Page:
New study links daily weather patterns to climate change for first time
Scientists have for the first time linked human-induced climate change and global daily weather patterns in a new study.
The report, released Thursday in Nature Climate Change, could mark a transformation in long-held beliefs about the separation between daily weather and long-term climate change.
The study also suggests that measurements analyzing humankind’s role in producing incidents such as heat waves and floods could underestimate the contribution people make to such extreme weather events.
The study concludes that patterns of global temperature and humidity have human factors and are distinct from natural variability. It also determines that the long-term rise in global average temperature can be predicted with one day’s weather information worldwide.
“We’ve always said when you look at weather, that’s not the same as climate,” study co-author Reto Knutti told The Washington Post. “That’s still true locally; if you are in one particular place and you only know the weather right now, right here, there isn’t much you can say.”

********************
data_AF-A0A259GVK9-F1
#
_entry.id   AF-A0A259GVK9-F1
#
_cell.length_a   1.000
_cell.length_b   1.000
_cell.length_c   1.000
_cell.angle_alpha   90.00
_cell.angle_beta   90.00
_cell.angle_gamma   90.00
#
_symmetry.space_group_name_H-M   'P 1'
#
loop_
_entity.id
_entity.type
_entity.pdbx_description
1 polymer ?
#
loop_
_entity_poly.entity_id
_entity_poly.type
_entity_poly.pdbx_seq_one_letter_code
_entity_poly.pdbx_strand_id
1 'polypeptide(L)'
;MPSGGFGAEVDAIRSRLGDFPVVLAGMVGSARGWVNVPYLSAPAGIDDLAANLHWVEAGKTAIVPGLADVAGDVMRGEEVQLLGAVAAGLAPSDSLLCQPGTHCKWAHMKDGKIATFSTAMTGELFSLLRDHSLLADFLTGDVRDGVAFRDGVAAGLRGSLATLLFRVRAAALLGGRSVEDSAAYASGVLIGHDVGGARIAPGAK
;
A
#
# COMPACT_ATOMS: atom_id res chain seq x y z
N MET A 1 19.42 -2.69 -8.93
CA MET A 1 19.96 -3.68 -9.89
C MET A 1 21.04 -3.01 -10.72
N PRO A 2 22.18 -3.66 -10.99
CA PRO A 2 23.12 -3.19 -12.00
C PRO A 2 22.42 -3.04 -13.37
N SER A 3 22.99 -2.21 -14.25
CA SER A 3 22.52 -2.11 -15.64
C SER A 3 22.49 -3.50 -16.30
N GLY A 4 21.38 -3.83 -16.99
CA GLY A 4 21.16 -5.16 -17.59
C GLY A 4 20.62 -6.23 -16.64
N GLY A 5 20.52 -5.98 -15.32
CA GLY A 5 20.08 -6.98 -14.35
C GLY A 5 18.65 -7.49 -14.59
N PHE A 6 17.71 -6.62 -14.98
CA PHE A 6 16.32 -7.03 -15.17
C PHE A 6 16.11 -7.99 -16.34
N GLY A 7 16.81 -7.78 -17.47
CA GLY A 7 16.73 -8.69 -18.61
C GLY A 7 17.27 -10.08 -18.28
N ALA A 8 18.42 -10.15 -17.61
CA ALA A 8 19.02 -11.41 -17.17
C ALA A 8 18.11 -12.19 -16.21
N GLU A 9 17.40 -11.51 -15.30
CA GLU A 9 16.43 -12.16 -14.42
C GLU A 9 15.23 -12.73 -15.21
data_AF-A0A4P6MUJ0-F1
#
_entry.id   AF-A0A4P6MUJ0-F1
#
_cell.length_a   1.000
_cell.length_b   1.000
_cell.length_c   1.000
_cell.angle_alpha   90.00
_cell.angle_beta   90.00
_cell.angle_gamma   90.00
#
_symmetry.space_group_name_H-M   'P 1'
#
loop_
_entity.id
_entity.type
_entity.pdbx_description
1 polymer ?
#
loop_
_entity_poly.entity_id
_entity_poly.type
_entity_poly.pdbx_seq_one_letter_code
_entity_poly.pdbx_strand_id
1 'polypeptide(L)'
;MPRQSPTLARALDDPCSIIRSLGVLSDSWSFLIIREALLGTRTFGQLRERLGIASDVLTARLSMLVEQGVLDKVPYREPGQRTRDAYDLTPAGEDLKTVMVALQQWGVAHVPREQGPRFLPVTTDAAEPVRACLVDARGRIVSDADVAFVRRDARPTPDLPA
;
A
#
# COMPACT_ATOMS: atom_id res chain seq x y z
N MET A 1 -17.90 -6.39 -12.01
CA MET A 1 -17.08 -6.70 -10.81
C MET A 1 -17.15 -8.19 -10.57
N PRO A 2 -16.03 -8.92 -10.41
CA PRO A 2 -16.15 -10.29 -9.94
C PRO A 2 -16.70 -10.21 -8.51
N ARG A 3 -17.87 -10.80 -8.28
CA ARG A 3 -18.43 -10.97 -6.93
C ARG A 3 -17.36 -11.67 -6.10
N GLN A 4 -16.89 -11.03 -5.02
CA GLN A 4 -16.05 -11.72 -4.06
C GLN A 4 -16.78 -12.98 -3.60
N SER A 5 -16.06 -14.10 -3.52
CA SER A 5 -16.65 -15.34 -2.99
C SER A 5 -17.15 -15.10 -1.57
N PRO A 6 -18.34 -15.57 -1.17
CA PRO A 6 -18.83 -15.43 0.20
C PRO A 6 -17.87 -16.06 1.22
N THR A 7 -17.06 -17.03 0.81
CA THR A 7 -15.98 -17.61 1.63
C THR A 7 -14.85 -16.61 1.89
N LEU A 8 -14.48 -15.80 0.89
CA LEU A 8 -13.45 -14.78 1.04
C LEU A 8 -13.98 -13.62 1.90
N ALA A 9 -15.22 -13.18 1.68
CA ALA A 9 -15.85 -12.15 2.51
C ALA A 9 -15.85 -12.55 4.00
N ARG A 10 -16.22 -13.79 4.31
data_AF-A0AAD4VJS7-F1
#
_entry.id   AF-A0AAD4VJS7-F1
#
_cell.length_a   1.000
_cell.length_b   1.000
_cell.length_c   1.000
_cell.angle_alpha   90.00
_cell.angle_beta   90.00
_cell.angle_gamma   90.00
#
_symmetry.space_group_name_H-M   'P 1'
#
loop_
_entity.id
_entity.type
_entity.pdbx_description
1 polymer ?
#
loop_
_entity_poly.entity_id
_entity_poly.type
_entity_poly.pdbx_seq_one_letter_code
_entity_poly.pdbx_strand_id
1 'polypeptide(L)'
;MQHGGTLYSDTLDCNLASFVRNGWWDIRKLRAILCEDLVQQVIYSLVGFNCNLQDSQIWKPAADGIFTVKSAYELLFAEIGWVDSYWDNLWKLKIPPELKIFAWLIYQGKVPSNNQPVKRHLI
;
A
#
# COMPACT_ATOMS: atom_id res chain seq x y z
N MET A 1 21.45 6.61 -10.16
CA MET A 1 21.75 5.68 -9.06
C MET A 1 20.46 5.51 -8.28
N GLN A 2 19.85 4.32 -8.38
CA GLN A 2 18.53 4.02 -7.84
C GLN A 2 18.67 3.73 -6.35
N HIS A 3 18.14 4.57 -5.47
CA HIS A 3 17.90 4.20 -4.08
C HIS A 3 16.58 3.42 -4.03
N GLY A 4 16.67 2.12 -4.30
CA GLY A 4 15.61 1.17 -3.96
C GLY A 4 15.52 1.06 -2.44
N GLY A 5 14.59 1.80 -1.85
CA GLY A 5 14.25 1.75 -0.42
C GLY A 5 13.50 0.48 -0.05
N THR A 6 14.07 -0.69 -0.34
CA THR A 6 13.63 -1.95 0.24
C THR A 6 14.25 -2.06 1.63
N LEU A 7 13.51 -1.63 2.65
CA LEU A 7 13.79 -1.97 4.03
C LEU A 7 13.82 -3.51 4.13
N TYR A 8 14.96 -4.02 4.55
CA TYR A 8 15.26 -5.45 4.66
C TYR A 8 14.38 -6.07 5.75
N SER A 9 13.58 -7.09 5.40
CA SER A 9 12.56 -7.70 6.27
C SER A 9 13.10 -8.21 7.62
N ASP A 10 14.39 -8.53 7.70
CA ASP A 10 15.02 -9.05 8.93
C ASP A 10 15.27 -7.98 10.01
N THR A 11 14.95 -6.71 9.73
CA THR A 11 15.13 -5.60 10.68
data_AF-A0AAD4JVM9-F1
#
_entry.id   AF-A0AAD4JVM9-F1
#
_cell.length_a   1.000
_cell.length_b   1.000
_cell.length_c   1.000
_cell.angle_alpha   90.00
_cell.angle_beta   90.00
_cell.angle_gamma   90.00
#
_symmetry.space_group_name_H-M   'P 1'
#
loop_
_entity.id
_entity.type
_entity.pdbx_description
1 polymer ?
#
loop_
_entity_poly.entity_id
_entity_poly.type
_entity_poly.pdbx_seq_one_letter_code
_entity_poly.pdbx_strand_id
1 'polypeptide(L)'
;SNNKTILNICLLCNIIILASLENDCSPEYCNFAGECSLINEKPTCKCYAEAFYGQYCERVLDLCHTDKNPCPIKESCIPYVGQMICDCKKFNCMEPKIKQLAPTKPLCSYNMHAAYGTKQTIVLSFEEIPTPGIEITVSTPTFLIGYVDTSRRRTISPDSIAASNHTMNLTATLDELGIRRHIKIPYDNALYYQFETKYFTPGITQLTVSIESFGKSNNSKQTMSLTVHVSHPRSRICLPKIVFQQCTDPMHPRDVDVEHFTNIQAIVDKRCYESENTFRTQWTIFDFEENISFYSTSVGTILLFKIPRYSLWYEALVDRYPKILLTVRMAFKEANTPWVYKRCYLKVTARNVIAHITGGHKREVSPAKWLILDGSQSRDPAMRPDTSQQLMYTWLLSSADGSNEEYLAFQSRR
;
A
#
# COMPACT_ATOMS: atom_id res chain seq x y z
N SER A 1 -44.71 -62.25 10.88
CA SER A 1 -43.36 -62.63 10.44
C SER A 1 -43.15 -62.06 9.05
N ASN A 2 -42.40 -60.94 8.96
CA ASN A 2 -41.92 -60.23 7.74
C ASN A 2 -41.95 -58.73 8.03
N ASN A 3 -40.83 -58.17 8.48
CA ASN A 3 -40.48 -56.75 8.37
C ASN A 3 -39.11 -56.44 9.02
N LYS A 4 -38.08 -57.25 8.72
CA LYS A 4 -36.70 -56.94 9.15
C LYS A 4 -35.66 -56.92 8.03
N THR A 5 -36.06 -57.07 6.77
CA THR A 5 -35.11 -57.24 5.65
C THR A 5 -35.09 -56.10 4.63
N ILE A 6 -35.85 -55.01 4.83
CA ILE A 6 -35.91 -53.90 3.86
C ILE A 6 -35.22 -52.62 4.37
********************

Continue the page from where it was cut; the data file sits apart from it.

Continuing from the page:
“Global mean temperature on a single day is already quite a bit shifted. You can see this human fingerprint in any single moment,” he added. “Weather is climate change if you look over the whole globe.”
The study, conducted by researchers in Switzerland and Norway, tapped machine learning to measure the correlation between patterns of temperature and moisture at daily, monthly and yearly time scales and metrics of global average surface temperatures and the energy imbalance of the planet. The researchers then analyzed human impact on climate change from those results.
“This … is telling us that anthropogenic climate change has become so large that it exceeds even daily weather variability at the global scale,” Michael Wehner of Lawrence Berkeley National Laboratory told the Post. “This is disturbing as the Earth is on track for significantly more warming in even the most optimistic future scenarios.”
However, the study does contain uncertainties, including the accuracy of computer models in simulating various climate cycles and the use of machine learning techniques. It also does not incorporate other factors that influence the climate such as human-made and volcanic aerosols.
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